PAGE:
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Fresh air returns after smoking ban

2014-01-11 08:33 Xinhua Web Editor: Wang Fan
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Fresh air made a welcome return to ongoing annual meetings of local legislatures and political advisory bodies across China thanks to a government smoking ban.

Officials attending meetings are banned from smoking in pubic places.

Nanchang, capital of east China's Jiangxi Province, Lanzhou, capital of northwest China's Gansu Province and Shinan District, Qingdao City of east China's Shandong Province have all banned smoking at their plenums.

According to a circular on Dec. 29, from the Communist Party of China (CPC) Central Committee and the State Council, officials are not allowed to smoke in public areas, including schools, hospitals, sports venues, on public transport vehicles, among other venues.

The circular told government officials to "take the lead" in adhering to the ban and kicking the habit. Chinese people are accustomed to images of their government officials holding a cigarette -- usually an expensive one -- between their fingers.

Not a single ashtray has been seen in the meeting rooms and hotels where representatives are staying in Nanchang during the plenums, which are taking place from Jan. 8 to 12.

A smoking ban notice was put into their file packets. It reads "the central government's relevant provisions on tobacco control will be strictly implemented."

In Wuhan, capital of central China's Hubei Province, there have been fewer cigarette butts scattered on the floor this year, said Xia Lihua, a cleaner at a hotel where delegates are staying.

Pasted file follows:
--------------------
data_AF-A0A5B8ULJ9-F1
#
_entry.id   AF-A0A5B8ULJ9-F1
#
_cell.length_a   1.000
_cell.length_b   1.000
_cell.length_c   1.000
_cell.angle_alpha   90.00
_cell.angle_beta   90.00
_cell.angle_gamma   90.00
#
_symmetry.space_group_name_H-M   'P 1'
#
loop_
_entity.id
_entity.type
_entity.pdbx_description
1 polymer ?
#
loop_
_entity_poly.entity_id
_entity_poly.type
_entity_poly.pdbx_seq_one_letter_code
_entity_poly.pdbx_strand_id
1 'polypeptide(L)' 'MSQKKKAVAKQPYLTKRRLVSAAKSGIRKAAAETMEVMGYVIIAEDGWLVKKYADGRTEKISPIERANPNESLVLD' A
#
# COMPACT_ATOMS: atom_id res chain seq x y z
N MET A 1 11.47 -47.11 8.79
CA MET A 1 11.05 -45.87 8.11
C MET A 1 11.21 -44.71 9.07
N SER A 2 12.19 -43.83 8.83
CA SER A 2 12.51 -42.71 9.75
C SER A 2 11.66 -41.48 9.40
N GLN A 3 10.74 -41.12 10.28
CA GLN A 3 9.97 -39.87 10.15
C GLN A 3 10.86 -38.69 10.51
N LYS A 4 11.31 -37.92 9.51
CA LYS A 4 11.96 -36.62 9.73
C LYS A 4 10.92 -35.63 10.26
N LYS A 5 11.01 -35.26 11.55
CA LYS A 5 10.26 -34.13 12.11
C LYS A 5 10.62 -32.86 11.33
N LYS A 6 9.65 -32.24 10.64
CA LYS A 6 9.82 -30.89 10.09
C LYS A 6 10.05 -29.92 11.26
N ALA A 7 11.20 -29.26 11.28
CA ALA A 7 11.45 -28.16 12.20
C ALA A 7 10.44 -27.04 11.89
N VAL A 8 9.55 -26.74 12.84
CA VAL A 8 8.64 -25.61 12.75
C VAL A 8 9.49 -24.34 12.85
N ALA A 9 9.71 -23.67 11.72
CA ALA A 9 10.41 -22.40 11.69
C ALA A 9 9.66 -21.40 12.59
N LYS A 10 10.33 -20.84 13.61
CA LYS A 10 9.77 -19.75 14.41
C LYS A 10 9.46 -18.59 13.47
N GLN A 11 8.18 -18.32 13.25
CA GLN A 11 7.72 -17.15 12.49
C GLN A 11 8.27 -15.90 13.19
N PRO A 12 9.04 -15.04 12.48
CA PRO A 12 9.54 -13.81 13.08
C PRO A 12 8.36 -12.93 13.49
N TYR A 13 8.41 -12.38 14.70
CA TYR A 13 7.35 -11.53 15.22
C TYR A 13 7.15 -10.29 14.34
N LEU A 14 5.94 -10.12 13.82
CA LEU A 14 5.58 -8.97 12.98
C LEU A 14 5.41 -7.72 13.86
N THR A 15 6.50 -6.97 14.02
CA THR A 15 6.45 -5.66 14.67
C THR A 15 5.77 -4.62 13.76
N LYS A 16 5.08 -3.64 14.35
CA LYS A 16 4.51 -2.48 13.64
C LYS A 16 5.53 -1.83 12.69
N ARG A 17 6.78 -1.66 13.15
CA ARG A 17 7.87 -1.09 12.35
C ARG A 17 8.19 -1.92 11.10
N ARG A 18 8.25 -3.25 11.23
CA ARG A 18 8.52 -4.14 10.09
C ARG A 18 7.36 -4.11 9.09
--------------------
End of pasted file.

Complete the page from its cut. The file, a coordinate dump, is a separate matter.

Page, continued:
About 20 smoking-ban posters are being displayed in the meeting rooms, lobbies, corridors and rest areas to remind delegates, many of them local officials, not to light up, said Wu Xincai, an official with the Standing Committee of the Nanchang Municipal People's Congress, the city's legislature.

He Xiaoming, a smoker and a member of the Nanchang Municipal People's Political Consultative Conference, the city's political advisory body, did not take any cigarettes to the meeting to support the ban.

Officials taking the lead will significantly improve the effectiveness of the smoking ban, he said.

Fu Wenjing, a female member of city's political advisory body, is delighted with the change.

"Everyone is more refreshed as the air in the meeting rooms is fresher," she said.

As smoking cessation takes time, it is inevitable there will be some who want to smoke, said Wu.

"Our staff will first advise them not to. If persuasion is not effective, they will lead them to an outdoor area," he said.

China is the world's largest cigarette producer and consumer. The number of smokers exceeds 300 million, with at least 740 million nonsmokers regularly exposed to secondhand smoke.

In 2003, China signed the World Health Organization's Framework Convention on Tobacco Control (FCTC) and it became effective in January 2006. The framework requires a reduction in tobacco supply as well as consumption. The 12th Five-Year plan (2011-2015) promised to ban smoking in public places.

China's health authorities and local governments have introduced guidelines banning smoking in hotels, restaurants and public transport since 2011, but smokers frequently choose to ignore the ban and punishment is seldom heard of.

Some are critical of the government's efforts, which lags far behind the FCTC standard. Also, there is no national law banning smoking in indoor public places.

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